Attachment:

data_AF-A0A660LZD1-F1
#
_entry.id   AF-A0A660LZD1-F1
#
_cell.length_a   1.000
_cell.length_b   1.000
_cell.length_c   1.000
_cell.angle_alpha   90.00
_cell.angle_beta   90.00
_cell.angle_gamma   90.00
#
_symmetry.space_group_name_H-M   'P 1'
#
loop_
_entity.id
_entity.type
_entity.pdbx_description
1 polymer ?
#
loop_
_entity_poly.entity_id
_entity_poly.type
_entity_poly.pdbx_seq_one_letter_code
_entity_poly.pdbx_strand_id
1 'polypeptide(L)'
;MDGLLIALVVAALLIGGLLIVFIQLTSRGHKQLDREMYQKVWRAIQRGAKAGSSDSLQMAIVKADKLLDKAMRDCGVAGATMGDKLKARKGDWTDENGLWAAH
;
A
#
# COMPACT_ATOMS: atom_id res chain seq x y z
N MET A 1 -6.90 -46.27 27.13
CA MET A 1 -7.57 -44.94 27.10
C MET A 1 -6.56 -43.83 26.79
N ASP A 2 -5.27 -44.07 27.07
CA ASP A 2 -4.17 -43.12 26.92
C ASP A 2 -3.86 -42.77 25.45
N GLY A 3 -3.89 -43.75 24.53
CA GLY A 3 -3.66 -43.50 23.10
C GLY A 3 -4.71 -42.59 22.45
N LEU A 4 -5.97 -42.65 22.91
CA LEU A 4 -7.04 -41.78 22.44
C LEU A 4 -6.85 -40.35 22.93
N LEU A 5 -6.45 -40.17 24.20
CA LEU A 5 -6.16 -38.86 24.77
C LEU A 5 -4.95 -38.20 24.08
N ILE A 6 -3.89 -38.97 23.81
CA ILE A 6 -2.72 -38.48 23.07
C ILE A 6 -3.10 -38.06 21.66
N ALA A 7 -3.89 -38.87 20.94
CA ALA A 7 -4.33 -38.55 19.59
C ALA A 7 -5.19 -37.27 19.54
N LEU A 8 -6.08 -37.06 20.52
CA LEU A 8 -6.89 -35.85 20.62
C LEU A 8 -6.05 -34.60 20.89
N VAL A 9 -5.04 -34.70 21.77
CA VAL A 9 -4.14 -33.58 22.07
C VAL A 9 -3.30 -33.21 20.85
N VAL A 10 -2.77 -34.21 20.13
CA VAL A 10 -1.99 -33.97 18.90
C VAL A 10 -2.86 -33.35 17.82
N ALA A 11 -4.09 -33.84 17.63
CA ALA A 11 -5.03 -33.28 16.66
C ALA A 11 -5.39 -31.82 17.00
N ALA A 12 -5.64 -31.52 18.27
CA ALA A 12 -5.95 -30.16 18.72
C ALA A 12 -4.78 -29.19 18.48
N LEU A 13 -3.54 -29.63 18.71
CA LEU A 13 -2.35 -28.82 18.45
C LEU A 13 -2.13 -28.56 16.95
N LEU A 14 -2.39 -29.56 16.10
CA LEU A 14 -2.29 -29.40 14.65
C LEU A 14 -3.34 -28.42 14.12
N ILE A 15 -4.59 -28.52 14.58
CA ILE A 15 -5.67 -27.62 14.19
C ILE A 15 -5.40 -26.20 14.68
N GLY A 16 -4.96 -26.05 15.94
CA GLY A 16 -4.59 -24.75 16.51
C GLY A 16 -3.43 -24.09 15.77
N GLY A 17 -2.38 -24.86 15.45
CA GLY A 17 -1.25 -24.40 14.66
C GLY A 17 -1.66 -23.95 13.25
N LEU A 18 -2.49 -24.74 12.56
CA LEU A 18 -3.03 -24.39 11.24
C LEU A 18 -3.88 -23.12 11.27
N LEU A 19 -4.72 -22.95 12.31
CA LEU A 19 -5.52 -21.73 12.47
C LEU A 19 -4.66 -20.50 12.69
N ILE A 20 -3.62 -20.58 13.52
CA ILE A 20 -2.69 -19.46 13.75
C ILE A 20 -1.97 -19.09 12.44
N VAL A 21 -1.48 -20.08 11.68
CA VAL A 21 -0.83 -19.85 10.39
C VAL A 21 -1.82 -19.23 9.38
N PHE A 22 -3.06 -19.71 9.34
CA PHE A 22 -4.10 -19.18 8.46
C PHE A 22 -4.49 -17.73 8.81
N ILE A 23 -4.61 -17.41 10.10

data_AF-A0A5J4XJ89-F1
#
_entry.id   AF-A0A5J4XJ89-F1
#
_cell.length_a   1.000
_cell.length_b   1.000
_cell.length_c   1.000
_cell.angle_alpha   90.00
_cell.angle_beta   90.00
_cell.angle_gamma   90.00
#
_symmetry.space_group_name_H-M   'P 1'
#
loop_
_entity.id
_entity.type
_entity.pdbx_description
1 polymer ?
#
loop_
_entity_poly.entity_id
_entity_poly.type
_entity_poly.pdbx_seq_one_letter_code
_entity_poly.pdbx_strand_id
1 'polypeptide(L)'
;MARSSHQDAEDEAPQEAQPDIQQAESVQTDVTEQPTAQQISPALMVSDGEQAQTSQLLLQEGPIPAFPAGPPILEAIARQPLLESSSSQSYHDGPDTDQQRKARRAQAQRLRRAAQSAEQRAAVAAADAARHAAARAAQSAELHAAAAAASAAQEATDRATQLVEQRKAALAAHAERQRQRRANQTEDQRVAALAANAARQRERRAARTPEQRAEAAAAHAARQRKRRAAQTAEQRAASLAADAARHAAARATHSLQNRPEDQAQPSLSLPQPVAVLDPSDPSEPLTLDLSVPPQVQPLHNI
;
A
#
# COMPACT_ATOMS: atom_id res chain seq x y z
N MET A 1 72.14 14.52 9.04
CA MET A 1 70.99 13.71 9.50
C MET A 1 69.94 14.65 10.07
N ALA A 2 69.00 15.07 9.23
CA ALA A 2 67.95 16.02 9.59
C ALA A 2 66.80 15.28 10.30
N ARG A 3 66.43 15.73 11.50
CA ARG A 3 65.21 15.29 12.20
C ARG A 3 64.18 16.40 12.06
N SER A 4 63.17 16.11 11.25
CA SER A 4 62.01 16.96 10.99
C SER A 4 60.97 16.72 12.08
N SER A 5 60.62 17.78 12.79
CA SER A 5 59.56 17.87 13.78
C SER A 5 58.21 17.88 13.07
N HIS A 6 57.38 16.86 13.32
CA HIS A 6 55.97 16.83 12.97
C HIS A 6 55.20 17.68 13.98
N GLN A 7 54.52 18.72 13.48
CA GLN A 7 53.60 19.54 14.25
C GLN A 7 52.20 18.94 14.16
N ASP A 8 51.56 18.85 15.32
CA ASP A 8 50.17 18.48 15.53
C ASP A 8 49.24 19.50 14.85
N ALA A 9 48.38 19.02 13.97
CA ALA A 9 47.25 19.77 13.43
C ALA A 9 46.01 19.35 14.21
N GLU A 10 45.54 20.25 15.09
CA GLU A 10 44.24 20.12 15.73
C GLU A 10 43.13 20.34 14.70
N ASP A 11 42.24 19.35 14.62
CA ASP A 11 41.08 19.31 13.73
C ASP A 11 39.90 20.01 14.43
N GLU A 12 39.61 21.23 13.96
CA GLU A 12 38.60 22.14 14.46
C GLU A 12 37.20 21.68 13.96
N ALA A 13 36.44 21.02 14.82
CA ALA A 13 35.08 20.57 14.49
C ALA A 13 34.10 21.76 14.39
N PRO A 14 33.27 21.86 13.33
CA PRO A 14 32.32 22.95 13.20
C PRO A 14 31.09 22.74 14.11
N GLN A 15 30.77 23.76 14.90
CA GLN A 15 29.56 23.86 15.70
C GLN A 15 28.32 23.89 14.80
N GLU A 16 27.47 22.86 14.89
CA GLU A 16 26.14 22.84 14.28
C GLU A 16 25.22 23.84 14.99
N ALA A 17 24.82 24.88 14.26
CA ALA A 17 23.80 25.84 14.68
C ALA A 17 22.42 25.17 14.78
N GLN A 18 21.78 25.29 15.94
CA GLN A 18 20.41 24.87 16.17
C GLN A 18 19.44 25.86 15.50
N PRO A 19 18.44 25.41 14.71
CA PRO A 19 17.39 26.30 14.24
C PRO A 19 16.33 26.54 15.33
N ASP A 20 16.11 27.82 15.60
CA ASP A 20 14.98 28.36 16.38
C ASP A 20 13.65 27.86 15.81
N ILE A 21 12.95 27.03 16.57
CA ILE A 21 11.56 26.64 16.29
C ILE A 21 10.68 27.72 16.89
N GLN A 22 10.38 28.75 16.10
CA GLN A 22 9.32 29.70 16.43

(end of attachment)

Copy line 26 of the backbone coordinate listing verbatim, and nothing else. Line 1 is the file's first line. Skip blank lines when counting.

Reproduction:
;MDGLLIALVVAALLIGGLLIVFIQLTSRGHKQLDREMYQKVWRAIQRGAKAGSSDSLQMAIVKADKLLDKAMRDCGVAGATMGDKLKARKGDWTDENGLWAAH